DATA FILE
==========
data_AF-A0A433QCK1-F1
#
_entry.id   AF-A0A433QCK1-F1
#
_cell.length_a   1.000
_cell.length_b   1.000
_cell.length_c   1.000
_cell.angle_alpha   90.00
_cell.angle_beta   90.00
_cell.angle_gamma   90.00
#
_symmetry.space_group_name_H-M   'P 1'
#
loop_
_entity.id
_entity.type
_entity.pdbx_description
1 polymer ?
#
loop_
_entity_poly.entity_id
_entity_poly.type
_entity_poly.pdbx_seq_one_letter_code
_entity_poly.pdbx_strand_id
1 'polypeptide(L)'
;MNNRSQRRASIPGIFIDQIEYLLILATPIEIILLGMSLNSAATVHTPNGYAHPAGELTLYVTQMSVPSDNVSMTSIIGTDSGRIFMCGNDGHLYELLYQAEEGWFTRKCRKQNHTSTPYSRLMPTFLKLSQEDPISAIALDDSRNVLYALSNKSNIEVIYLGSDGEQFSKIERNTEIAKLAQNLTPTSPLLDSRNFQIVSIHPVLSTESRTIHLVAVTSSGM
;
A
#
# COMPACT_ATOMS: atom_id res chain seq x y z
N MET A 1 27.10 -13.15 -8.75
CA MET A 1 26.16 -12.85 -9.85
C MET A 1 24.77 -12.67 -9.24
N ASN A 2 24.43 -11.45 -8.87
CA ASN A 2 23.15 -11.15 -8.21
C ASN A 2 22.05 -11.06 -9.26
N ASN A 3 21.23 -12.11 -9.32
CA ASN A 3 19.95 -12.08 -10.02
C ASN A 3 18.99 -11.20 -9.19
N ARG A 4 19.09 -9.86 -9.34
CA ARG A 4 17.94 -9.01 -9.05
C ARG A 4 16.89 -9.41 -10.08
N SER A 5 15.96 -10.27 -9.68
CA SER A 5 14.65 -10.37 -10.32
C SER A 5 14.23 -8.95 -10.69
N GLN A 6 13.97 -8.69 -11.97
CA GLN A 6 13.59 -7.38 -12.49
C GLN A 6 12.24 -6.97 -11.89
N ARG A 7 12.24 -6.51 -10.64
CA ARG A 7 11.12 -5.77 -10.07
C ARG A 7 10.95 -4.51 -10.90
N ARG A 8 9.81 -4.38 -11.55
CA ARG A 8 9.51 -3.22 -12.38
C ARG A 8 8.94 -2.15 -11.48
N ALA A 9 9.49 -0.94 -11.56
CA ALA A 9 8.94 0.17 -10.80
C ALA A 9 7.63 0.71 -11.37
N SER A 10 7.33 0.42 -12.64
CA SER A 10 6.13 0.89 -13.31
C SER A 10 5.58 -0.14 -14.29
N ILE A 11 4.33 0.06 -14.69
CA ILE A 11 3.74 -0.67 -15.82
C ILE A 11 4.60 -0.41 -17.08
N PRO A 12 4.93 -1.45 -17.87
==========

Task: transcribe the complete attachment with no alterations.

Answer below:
data_AF-A0A433QCK1-F1
#
_entry.id   AF-A0A433QCK1-F1
#
_cell.length_a   1.000
_cell.length_b   1.000
_cell.length_c   1.000
_cell.angle_alpha   90.00
_cell.angle_beta   90.00
_cell.angle_gamma   90.00
#
_symmetry.space_group_name_H-M   'P 1'
#
loop_
_entity.id
_entity.type
_entity.pdbx_description
1 polymer ?
#
loop_
_entity_poly.entity_id
_entity_poly.type
_entity_poly.pdbx_seq_one_letter_code
_entity_poly.pdbx_strand_id
1 'polypeptide(L)'
;MNNRSQRRASIPGIFIDQIEYLLILATPIEIILLGMSLNSAATVHTPNGYAHPAGELTLYVTQMSVPSDNVSMTSIIGTDSGRIFMCGNDGHLYELLYQAEEGWFTRKCRKQNHTSTPYSRLMPTFLKLSQEDPISAIALDDSRNVLYALSNKSNIEVIYLGSDGEQFSKIERNTEIAKLAQNLTPTSPLLDSRNFQIVSIHPVLSTESRTIHLVAVTSSGM
;
A
#
# COMPACT_ATOMS: atom_id res chain seq x y z
N MET A 1 27.10 -13.15 -8.75
CA MET A 1 26.16 -12.85 -9.85
C MET A 1 24.77 -12.67 -9.24
N ASN A 2 24.43 -11.45 -8.87
CA ASN A 2 23.15 -11.15 -8.21
C ASN A 2 22.05 -11.06 -9.26
N ASN A 3 21.23 -12.11 -9.32
CA ASN A 3 19.95 -12.08 -10.02
C ASN A 3 18.99 -11.20 -9.19
N ARG A 4 19.09 -9.86 -9.34
CA ARG A 4 17.94 -9.01 -9.05
C ARG A 4 16.89 -9.41 -10.08
N SER A 5 15.96 -10.27 -9.68
CA SER A 5 14.65 -10.37 -10.32
C SER A 5 14.23 -8.95 -10.69
N GLN A 6 13.97 -8.69 -11.97
CA GLN A 6 13.59 -7.38 -12.49
C GLN A 6 12.24 -6.97 -11.89
N ARG A 7 12.24 -6.51 -10.64
CA ARG A 7 11.12 -5.77 -10.07
C ARG A 7 10.95 -4.51 -10.90
N ARG A 8 9.81 -4.38 -11.55
CA ARG A 8 9.51 -3.22 -12.38
C ARG A 8 8.94 -2.15 -11.48
N ALA A 9 9.49 -0.94 -11.56
CA ALA A 9 8.94 0.17 -10.80
C ALA A 9 7.63 0.71 -11.37
N SER A 10 7.33 0.42 -12.64
CA SER A 10 6.13 0.89 -13.31
C SER A 10 5.58 -0.14 -14.29
N ILE A 11 4.33 0.06 -14.69
CA ILE A 11 3.74 -0.67 -15.82
C ILE A 11 4.60 -0.41 -17.08
N PRO A 12 4.93 -1.45 -17.87